The full scale of natural disaster economic impact across the Global South is thus massive, and it becomes even greater when security concerns adjacent to economic risk are contemplated. The interconnection of food, water, societal and human security via economic security underscores the importance of ensuring the flow of relief capital after a major natural disaster.

Unfortunately, preparing for future natural disasters requires balancing against near-term priorities. Particularly in regions where economic resources aren’t abundant, investments in resilience – including insurance – tend to take a back seat to initiatives with more immediate impact.

And this works when your disaster risk finance strategy is to rely on foreign aid. The problem is that relying on foreign aid is free – right up until you need it. Then, negotiations can take time and leave the affected state subject to the whims of public opinion in a donor state – not to mention bureaucratic impediments and even the improper function of government institutions.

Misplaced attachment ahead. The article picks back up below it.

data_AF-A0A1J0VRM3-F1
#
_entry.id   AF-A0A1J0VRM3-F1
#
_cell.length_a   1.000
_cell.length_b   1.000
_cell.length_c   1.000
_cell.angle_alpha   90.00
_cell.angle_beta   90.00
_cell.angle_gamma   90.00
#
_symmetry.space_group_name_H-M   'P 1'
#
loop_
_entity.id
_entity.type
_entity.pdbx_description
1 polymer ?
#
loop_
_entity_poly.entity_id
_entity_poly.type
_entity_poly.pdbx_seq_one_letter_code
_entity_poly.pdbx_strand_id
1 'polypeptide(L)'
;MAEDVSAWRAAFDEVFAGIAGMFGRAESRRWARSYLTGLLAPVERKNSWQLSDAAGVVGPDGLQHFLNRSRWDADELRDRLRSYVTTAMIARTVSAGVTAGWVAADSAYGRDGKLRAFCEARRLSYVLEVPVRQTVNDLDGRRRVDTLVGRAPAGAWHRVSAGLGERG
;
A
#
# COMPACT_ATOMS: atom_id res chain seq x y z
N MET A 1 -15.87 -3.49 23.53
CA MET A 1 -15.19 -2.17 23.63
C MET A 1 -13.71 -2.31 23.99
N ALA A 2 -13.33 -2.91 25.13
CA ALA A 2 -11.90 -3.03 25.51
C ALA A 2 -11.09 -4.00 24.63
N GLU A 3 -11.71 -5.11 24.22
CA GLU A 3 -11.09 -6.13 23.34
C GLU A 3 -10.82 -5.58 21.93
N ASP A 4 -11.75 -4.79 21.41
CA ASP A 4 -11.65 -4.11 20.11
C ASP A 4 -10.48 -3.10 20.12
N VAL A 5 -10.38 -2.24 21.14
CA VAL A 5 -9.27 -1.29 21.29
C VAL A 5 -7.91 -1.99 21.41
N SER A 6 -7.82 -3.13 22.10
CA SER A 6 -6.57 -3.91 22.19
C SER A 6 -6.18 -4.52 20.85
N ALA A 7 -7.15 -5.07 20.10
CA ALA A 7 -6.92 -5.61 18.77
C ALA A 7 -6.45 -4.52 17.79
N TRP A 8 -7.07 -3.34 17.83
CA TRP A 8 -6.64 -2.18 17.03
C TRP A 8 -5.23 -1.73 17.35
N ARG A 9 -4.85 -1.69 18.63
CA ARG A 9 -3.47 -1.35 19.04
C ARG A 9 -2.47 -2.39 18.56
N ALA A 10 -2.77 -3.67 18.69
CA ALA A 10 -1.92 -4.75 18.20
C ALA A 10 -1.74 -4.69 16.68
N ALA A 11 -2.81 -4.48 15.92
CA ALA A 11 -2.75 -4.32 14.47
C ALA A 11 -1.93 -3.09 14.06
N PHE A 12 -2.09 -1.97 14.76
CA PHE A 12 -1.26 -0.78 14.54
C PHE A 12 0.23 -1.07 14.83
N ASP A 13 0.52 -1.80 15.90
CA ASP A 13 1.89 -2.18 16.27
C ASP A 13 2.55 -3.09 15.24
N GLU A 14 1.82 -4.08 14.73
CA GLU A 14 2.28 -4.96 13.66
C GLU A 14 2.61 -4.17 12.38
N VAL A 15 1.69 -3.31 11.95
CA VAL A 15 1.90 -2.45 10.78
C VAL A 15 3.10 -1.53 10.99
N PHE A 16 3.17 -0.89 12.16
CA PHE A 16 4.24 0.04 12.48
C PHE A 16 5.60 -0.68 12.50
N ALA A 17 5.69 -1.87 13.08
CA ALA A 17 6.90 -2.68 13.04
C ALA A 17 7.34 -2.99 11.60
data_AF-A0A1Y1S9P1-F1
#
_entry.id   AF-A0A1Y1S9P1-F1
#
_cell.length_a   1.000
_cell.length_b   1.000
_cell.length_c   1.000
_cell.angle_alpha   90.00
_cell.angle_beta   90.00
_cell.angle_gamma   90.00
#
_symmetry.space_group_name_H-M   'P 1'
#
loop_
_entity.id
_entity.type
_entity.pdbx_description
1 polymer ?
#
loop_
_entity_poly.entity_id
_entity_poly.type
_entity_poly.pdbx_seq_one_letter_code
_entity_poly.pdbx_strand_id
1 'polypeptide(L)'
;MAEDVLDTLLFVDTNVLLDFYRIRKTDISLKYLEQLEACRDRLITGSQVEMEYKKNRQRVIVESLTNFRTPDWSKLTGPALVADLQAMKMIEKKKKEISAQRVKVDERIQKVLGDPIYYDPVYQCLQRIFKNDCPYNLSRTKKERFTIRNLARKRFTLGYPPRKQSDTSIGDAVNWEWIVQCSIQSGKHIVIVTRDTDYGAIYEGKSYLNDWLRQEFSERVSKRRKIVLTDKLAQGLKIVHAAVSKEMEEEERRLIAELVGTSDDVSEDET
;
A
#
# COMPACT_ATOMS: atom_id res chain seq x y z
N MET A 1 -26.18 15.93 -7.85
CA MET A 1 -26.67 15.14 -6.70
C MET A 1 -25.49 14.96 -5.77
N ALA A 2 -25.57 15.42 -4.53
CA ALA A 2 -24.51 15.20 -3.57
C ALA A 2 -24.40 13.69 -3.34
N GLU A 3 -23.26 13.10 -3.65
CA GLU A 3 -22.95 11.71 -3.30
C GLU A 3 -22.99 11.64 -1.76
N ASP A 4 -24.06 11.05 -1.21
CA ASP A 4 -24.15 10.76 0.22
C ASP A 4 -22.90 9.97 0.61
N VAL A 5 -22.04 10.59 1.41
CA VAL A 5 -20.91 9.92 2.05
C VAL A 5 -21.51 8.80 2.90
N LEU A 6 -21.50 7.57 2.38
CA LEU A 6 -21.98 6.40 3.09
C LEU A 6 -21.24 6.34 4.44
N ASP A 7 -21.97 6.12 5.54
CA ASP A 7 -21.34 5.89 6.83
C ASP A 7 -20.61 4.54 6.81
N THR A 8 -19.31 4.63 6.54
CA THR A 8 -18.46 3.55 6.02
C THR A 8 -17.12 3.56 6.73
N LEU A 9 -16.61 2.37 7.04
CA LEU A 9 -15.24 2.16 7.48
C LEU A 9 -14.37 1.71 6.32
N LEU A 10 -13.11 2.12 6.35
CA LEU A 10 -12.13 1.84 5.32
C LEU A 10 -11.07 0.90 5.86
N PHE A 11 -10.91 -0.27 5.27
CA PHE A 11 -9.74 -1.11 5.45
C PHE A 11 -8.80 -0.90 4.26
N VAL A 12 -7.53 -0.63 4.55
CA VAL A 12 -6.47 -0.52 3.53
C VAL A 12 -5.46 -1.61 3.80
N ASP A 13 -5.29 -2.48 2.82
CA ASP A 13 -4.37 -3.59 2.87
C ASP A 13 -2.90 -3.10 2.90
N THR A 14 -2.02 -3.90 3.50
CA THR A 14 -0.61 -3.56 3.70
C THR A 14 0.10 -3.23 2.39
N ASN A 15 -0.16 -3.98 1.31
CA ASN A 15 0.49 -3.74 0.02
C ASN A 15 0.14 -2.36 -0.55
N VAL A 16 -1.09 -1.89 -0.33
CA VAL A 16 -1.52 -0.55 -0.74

If the reliance on foreign aid for support in the aftermath of natural catastrophes was a fraught strategy before vacated speakership in the US House of Representatives last October, then it can only be seen as perilous today.

For 22 days in October 2023, legislation was stalled due to a procedural member that left the Speaker of the House role vacant. The inability of the United States to respond to needs for financial support related to several conflicts illustrates the problems that would arise with regards to natural disaster aid, as well.